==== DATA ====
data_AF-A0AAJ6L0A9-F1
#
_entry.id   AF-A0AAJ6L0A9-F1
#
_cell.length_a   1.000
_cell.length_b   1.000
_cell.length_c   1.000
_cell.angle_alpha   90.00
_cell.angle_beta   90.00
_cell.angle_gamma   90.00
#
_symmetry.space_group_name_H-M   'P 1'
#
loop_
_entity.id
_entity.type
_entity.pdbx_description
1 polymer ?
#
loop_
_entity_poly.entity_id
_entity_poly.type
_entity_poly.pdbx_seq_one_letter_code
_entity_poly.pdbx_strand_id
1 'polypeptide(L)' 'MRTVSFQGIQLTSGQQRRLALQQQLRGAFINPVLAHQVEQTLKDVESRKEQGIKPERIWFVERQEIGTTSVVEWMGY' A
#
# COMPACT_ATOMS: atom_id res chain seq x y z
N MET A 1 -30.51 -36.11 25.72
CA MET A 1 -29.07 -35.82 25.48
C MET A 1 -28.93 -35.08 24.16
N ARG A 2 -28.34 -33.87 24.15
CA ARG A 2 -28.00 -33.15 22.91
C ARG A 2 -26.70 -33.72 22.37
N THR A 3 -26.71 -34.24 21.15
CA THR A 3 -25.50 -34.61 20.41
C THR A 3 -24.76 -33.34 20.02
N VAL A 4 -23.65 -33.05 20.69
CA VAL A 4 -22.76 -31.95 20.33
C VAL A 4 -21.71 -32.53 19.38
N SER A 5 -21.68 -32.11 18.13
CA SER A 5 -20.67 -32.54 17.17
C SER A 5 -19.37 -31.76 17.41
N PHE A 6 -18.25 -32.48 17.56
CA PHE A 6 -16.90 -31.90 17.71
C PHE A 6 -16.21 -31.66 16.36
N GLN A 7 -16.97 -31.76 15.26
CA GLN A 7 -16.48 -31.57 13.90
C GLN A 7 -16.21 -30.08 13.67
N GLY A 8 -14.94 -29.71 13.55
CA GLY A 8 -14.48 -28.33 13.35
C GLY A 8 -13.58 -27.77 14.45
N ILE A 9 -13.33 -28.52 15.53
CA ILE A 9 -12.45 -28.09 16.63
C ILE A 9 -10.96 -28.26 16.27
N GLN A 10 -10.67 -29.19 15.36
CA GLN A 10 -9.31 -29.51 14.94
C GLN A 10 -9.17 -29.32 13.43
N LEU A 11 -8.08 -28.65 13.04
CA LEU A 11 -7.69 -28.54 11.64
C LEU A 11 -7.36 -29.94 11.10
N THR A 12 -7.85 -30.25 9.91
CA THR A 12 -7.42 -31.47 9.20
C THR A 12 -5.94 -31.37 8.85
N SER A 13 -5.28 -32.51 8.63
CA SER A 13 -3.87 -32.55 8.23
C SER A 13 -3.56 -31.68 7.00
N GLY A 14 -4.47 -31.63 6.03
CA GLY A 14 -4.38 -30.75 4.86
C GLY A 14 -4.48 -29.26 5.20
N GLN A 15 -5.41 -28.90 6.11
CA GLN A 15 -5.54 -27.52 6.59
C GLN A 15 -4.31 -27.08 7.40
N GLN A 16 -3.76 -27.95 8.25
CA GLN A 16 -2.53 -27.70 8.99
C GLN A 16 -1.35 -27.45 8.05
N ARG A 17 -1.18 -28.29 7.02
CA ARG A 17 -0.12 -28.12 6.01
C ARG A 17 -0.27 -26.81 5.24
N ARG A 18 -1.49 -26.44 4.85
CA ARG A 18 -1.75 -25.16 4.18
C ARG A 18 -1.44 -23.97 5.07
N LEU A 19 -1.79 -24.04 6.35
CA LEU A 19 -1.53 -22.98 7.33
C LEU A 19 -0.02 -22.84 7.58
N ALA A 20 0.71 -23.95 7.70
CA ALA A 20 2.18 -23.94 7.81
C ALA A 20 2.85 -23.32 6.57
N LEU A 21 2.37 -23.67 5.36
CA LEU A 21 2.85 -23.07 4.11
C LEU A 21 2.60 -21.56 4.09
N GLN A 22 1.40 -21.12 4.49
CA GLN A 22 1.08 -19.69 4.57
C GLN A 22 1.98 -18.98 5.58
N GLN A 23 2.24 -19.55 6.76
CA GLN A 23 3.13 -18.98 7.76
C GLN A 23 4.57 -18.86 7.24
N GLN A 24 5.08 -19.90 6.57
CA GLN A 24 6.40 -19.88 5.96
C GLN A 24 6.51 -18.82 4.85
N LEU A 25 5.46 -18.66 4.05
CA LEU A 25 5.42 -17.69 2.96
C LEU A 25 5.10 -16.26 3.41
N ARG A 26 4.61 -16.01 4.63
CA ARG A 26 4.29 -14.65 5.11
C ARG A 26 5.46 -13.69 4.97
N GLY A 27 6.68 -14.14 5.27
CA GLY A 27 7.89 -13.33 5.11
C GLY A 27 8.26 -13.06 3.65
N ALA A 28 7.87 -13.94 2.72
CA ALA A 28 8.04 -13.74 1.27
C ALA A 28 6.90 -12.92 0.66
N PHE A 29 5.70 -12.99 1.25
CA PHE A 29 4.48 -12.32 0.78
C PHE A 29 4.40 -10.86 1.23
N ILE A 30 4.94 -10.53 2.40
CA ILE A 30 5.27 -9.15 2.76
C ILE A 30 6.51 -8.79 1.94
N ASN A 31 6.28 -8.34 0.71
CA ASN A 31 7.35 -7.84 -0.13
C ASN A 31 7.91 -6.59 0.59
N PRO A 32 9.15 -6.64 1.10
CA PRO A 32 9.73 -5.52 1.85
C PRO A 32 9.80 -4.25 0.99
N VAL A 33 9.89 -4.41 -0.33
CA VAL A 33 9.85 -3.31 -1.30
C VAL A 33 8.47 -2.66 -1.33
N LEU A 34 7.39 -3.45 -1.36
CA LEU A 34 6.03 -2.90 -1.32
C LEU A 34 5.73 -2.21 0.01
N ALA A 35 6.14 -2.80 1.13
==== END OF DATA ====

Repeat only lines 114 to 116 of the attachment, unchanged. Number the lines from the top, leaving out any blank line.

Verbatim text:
C PHE A 29 4.40 -10.86 1.23
N ILE A 30 4.94 -10.53 2.40
CA ILE A 30 5.27 -9.15 2.76